Part 2 - Funding, DRM, Unity engine
FS: What are your thoughts on DRM? Will you use any for Interstellar Marines?
FS: So have you made the choice to rely solely on pre-purchases and donations from the community or are you seeking financing from outside sources as well?
Kenneth: In a perfect world we would love to make a game entirely funded by the community. Unfortunately this is not a perfect world, so besides our current sources, we’re always looking for new investors.
FS: How much money have you spent making the game so far, and how much more do you think you’ll need?
Kim: At this point in time, an estimated $4.5 million has been invested into developing the publisher demos, Unity previews, franchise, and community website so far. And in regard to future development of Interstellar Marines, we’ll keep re-investing all support [donations] and pre-purchases right back into the game.
FS: Would you accept an offer from a big publishing company to provide funding or distribution?
Kim: As long as we wouldn’t have to give up on our community or our intellectual property rights and we could remain in creative control, we would welcome a publisher. It’s not a matter of who we are being funded by, it’s a matter of not allowing anyone to get in the way of the dialogue between us developers and our customers, the gamers who support, buy, and play our games.
To be honest, we haven’t decided yet. As of now, our games are only available through a browser on our website, and you can only play them if you are logged in. So far this approach hasn’t raised any issues regarding DRM, but if we put our games on other portals and distribution channels, or on consoles, we will have to look further into this. It might be that we won’t have any choice and have to use a certain type of DRM requested or applied by the distributor. Besides, there are many types of DRM; you could even consider our request that you need to log in with a personal profile to play to be DRM. But as I said, we haven’t decided yet.
FS: What made you decide to use the Unity engine? How is it working out for what you’ve envisioned doing in IM?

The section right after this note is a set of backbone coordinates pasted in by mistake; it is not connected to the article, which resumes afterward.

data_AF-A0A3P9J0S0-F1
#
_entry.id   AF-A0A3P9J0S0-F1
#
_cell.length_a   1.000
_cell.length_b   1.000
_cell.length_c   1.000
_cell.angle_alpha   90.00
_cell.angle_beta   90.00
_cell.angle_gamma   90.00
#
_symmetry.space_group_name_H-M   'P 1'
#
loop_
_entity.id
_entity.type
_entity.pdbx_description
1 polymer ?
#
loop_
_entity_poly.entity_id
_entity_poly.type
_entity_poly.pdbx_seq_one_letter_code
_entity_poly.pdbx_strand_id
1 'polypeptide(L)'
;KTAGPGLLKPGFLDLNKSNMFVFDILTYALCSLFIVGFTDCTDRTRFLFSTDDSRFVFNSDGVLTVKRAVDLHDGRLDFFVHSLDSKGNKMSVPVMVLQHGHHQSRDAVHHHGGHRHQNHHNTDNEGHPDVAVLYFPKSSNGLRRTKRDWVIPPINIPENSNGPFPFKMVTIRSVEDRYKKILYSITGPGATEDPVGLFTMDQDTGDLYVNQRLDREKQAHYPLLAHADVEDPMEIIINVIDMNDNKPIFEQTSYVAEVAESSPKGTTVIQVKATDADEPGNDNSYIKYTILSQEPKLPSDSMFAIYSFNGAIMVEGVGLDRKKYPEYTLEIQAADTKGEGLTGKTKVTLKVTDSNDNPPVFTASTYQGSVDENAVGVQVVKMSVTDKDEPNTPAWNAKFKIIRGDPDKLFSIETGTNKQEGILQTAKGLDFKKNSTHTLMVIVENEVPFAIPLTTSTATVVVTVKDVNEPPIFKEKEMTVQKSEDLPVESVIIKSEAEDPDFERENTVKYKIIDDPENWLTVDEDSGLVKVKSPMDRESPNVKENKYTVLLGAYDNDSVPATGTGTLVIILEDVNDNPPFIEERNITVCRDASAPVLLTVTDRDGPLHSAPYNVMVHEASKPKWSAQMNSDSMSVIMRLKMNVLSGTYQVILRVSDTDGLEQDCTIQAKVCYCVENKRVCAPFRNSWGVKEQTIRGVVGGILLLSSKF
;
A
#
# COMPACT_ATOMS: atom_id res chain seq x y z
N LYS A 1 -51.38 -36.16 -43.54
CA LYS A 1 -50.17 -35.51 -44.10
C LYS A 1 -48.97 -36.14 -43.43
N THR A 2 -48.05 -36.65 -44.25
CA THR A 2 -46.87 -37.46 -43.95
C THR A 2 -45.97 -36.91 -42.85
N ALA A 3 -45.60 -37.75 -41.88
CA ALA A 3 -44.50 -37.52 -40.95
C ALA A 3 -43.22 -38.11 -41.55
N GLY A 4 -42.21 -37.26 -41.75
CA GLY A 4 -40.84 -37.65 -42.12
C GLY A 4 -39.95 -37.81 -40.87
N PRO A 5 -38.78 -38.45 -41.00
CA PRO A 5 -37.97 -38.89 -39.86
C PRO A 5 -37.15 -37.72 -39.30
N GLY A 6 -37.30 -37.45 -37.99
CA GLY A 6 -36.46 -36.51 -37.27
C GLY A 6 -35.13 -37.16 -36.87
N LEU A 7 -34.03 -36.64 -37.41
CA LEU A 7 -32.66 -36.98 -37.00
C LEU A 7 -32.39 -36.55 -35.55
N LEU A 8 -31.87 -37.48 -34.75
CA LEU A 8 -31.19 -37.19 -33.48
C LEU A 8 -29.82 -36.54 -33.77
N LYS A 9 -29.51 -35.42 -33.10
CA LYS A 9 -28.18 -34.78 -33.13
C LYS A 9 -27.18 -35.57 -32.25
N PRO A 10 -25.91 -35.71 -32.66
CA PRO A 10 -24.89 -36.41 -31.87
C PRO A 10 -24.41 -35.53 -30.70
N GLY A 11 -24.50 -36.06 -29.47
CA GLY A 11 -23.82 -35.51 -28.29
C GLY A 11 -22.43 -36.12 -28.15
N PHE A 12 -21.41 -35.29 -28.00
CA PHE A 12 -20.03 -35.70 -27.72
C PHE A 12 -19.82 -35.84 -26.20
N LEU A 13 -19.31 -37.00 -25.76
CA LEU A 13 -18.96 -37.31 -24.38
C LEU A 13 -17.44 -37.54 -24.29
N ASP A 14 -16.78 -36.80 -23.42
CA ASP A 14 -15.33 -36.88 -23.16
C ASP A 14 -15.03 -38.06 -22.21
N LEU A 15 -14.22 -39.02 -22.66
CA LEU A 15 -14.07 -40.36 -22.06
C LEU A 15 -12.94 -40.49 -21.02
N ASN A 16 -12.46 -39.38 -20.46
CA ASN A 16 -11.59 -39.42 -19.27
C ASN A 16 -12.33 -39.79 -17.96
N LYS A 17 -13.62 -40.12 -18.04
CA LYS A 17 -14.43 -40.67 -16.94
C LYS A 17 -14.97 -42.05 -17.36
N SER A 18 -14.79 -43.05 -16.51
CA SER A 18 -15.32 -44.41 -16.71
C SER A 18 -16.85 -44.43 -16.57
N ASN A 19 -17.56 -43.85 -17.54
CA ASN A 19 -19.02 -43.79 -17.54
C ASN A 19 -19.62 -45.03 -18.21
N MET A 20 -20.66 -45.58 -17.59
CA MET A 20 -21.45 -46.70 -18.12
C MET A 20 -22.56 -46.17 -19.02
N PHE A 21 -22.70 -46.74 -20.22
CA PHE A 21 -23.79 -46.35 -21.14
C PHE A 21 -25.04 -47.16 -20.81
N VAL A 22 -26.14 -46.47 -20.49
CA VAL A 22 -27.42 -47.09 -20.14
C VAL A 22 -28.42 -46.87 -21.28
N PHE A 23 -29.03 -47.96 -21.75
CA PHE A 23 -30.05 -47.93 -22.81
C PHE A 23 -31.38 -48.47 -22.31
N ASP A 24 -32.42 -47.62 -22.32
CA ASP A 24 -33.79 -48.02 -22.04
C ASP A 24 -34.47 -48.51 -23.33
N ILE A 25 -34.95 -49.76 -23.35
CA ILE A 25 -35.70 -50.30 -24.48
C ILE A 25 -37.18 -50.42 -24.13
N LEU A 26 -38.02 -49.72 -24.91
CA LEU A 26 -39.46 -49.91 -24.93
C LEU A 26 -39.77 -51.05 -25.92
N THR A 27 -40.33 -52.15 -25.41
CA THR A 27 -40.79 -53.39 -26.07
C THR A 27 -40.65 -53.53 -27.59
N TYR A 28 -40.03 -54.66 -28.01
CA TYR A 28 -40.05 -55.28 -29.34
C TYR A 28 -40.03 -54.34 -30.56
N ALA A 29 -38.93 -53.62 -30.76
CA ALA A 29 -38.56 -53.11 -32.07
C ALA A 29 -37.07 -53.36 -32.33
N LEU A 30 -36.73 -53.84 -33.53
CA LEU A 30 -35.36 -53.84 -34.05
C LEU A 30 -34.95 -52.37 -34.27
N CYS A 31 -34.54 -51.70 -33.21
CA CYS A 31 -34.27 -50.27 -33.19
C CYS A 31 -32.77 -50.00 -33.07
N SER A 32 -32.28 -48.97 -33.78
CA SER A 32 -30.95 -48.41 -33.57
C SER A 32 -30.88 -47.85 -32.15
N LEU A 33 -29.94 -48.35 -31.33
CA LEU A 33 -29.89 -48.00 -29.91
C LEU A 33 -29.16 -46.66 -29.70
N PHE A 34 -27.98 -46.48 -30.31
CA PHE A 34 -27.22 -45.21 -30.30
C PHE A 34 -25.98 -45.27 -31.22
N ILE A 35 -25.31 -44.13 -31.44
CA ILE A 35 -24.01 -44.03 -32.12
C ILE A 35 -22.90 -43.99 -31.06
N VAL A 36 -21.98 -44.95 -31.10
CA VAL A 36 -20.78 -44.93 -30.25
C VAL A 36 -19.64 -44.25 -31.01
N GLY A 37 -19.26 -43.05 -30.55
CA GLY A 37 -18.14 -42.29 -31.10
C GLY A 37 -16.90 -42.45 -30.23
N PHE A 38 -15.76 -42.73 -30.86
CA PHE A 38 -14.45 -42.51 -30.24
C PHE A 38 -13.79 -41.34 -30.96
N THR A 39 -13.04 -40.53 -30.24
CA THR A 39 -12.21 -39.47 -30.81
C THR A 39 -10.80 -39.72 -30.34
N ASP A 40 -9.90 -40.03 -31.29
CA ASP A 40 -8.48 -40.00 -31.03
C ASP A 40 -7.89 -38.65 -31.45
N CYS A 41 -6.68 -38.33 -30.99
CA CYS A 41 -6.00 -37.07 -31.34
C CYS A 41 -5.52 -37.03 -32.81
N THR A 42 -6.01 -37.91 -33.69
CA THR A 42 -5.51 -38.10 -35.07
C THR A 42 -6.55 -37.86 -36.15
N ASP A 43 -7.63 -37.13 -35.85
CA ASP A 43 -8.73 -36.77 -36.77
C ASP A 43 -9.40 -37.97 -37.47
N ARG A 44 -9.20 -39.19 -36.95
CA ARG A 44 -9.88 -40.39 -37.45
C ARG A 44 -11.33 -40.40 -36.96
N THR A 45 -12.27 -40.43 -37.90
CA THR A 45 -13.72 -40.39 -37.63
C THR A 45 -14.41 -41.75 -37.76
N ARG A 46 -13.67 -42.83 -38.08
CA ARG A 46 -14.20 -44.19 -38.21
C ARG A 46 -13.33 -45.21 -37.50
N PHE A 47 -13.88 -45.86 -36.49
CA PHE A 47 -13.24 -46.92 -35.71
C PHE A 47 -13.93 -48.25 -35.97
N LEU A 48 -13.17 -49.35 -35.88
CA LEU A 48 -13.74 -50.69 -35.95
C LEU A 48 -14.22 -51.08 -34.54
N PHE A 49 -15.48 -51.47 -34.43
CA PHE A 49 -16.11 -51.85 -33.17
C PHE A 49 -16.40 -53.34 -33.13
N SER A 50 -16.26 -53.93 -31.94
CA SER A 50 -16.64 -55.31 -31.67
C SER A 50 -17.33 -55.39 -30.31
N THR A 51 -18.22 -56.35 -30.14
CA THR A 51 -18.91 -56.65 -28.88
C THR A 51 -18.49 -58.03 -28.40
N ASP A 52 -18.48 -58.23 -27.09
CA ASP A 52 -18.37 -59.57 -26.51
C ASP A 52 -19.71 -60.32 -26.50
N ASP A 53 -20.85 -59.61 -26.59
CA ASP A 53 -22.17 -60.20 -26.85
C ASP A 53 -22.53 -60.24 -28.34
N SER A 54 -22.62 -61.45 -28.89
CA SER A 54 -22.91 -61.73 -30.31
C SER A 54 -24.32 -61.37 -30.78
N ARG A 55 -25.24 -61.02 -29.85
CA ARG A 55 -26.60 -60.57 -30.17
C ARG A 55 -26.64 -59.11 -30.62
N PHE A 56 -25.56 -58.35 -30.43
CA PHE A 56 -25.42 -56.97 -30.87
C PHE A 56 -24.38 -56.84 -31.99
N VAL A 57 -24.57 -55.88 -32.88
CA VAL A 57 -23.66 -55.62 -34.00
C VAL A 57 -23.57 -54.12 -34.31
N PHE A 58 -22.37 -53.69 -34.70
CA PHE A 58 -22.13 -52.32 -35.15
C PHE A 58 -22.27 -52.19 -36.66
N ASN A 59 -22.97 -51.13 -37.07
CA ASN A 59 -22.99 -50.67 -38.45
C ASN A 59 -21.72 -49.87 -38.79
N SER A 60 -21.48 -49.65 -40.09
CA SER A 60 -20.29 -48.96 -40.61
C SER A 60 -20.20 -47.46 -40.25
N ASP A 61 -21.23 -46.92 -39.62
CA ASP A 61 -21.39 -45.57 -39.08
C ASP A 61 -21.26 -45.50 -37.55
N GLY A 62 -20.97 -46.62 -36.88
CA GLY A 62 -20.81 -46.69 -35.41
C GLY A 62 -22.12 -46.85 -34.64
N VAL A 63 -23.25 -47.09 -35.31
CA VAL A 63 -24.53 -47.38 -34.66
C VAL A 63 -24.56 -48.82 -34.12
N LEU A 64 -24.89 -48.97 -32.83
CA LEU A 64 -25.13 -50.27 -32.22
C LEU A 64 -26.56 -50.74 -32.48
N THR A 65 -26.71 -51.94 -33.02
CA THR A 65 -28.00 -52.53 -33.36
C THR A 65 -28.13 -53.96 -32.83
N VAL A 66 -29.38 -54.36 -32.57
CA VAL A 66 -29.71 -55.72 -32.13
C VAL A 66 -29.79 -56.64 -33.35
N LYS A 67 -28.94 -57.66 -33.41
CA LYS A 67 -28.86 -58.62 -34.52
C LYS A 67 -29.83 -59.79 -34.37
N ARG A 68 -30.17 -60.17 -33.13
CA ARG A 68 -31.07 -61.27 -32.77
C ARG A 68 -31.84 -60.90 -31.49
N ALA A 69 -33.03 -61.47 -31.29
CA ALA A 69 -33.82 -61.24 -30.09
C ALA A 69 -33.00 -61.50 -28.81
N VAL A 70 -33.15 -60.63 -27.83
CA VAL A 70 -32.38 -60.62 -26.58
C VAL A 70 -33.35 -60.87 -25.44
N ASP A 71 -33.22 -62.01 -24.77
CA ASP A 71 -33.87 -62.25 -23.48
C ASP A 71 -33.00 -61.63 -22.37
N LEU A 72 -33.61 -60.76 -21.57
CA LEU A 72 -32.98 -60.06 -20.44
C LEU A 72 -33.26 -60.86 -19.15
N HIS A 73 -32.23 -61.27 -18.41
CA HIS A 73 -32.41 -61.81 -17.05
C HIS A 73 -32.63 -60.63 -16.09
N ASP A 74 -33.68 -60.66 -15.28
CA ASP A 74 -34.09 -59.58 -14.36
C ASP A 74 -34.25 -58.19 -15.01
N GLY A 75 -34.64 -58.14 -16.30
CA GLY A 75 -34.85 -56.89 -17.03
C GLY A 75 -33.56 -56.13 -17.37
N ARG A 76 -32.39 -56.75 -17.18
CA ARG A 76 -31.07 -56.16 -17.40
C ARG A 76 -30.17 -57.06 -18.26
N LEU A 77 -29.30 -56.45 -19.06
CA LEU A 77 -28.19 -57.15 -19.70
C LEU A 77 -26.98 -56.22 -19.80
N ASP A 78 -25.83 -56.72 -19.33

We started out working on a publisher demo using the Unreal Engine and actually got very far with that development. We also got in touch with some of the major publishers and started the long and winding road toward a “green-lighting” of Interstellar Marines, which would mean full funding from a publisher of the first title in the trilogy. But for various reasons we didn’t get a contract with a publisher at that time, so we decided to continue independently instead of pursuing publishers.
In May of 2009, we wanted to launch the community website with a multiplayer beta using the Unreal Engine, but due to Epic’s licensing structure at the time, the only way for us to go public with any game content was to pay the full license, which we couldn’t afford. This was before the UDK package and Epic’s new licensing structure, so we didn’t have any other option than to find a new engine. Our former Lead Programmer had some experience with the Unity engine, so we tried it out. It was only a matter of hours before we had our first scene up and running, and we haven’t looked back since.
Unity is really great for rapid prototyping, but it’s also capable of scaling toward a full-featured AAA title such as Interstellar Marines. Now with the launch of Unity 3, the engine is up there with the best and most expensive engines, with more and more cool features being added all the time. So with PS3, 360, Wii, browser, iOS, Android, PC and Mac support, as well as deferred rendering, Beast light mapping, PhysX, Umbra occlusion culling, and the FMOD audio engine, the future is very promising for us and all other Unity developers. We made a small Christmas release for our community using Unity 3.1 (The Vault, Bullseye and Running Man were all made in Unity 2.6), and that test run really put a big smile on our lips.